Already under surveillance by the Government, the flamboyant Garvey got into difficulty when he began a steam ship company”that would link the colored peoples of the world in commercial and industrial intercourse.” His enemies used the business dealings associated with the purchase of steam ships for which he sold stock, to get him done in with the charge of mail fraud.He was sent to an Atlanta prison and served a term there until he was awarded clemency by president Calvin Coolidge. He was deported to Jamaica, Garvey’s ideas influenced not only American blacks likeMinister Elijah Muhammad, and Malcolm X, but foreign leaders like Kwame Nkrumah, the first president of Ghana.

An HBO spokeswoman told us “Nowhere in the story line are we implying Marcus Garvey was involved in gambling or drugs. Valentin Narcisse is a fictional character who is based on someone who was.”

HBO pointed us to an interview in GQ in which Wright said “Dr. Narcisse is kind of a funhouse mirror distortion of an historical figure named Casper Holstein who was, during the early 1920s in Harlem, the king of the numbers game.” He goes on to say “at that time, there was something of a great debate within African-American society, among the great thinkers of the past: W.E.B. Du Bois, Booker T. Washington, Marcus Garvey, and within the Harlem Renaissance about what was the way forward. Within that debate were some pretty vicious personal attacks over complexion, politics, between urbane and rural—a lot of those dynamics are fleshed out within the relationship between Dr. Narcisse and Chalky.”

“Boardwalk Empire” creator Terry Winter said this via email: “Our fictional Valentin Narcisse is associated with Marcus Garvey’s organization, but this is not to imply in any way that Garvey himself was involved in the same types of illegal activities. Without giving away any future story developments, I can say that the Narcisse character was inspired in part by Casper Holstein, a West Indian immigrant who was head of the Harlem numbers racket as well as a philanthropist and political activist. After Garvey was sentenced to prison and the UNIA collapsed, Holstein purchased the building in which the organization was headquartered. As the season progresses, we also focus on J. Edgar Hoover‘s fixation with putting Garvey in jail.”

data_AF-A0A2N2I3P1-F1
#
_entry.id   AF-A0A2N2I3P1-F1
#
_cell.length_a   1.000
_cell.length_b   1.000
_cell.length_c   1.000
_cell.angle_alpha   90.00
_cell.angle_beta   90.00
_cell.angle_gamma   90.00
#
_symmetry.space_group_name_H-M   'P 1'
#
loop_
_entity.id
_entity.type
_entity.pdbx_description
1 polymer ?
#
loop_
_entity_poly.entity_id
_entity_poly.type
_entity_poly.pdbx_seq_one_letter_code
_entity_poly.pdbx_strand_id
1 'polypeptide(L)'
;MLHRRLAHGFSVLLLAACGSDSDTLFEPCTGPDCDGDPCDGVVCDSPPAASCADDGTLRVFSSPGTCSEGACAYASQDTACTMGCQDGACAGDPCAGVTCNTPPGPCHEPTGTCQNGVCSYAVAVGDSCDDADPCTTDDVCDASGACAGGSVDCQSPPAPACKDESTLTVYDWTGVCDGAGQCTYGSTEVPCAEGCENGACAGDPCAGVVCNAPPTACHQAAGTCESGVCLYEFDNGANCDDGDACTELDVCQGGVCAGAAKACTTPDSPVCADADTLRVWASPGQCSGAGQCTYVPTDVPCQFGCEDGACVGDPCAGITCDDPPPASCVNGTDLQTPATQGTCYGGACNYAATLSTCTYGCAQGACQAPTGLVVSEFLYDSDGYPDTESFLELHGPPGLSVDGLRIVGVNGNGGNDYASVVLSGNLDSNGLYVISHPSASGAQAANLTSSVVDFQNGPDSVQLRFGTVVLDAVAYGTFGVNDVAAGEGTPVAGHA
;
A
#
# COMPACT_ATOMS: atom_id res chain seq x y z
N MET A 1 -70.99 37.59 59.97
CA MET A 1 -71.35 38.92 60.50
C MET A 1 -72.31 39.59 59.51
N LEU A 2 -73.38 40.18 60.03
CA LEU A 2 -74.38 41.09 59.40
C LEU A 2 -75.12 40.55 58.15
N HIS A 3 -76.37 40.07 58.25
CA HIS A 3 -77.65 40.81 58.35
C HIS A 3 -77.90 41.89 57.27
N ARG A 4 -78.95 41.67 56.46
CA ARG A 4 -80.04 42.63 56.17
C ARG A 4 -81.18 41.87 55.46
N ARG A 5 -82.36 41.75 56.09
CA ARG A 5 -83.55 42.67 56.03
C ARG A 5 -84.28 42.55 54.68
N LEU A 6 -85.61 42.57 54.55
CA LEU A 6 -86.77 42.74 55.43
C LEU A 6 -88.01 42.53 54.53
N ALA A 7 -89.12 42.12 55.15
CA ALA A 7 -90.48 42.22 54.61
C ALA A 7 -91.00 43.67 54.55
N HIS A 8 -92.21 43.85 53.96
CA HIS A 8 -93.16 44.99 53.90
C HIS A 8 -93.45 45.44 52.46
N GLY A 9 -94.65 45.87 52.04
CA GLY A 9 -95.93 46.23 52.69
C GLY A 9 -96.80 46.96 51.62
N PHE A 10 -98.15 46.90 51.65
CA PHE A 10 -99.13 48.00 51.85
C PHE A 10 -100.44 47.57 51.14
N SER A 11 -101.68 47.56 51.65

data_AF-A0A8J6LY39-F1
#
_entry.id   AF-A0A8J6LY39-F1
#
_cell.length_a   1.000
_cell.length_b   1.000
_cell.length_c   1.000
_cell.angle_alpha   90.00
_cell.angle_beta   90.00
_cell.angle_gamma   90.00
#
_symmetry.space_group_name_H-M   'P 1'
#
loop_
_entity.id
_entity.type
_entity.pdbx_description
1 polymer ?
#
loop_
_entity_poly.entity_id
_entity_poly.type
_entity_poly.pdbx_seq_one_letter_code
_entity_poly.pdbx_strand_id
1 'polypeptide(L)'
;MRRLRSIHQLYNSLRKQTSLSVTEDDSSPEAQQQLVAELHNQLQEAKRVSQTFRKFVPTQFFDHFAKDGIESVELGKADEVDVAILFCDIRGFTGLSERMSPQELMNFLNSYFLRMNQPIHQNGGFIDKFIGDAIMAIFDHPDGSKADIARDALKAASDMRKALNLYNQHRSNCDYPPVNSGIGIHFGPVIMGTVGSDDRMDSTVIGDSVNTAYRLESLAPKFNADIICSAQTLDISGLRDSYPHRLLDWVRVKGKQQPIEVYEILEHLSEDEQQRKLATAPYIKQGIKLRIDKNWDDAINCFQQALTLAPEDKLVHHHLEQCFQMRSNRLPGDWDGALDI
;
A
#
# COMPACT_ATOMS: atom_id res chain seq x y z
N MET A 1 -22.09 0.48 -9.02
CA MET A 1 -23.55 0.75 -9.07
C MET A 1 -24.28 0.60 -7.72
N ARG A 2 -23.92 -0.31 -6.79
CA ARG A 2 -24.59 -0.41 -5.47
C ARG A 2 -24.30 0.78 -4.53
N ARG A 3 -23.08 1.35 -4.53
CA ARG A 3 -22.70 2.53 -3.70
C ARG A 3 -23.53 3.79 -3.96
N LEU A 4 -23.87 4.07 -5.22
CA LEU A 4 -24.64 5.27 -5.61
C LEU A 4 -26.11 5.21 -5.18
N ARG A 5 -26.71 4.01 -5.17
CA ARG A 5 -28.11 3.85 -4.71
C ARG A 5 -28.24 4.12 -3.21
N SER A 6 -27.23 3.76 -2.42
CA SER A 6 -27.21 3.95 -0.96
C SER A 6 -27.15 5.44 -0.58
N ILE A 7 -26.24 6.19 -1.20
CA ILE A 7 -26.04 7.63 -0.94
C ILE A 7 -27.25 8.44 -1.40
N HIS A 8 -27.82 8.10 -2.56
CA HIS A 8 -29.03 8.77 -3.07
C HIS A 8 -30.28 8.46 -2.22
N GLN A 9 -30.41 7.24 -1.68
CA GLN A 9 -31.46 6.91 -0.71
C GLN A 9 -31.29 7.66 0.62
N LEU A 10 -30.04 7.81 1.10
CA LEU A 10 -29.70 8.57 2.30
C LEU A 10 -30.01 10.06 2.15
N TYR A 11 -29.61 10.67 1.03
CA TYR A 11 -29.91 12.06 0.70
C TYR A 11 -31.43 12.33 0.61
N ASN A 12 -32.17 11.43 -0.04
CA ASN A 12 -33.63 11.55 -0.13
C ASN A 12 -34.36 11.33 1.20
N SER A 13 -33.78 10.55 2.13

But except for his buying the mortgage for a building once used by Garvey’s organization, Holstein was not a part of the UNIA. Moreover, there is no evidence that Holstein was involved in the murder of a white woman. Also, connecting him with the heroin trade is bizarre because he died in 1944. Heroin was introduced into Harlem in the 1950s; before that it was used by white males, mostly.

Holstein’s connection with Garvey’s old building came about when Garvey’s movement already had collapsed. Holstein donated a large portion of his fortune towards charitable purposes such as building dormitories at historically black colleges, as well as financing many artists, writers, and poets during the Harlem Renaissance. He also helped  establish a Baptist school in Liberia, and create hurricane relief fund for his native Virgin Islands. He had nothing to do with heroin.

Garvey is an official National Hero of Jamaica. It is a disgrace that HBO connects his UNIA in any form with murder and heroin dealing. In my view, it’s an example of what happens when the writing staffs of Hollywood and television are decades behind in terms of diversity. There are plenty of black historians who could serve as consultants in case they continue to exploit the Garvey story.

George Bernard Shaw had it right. If you don’t tell your stories others will tell them for you and they will “degrade” and “vulgarize” you.

Ishmael Reed’s new play, “ The Final Version” will premiere at the Nuyorican Poet’s Cafe on Dec.12. His online magazine Konch is at  konchmagazine.localon.com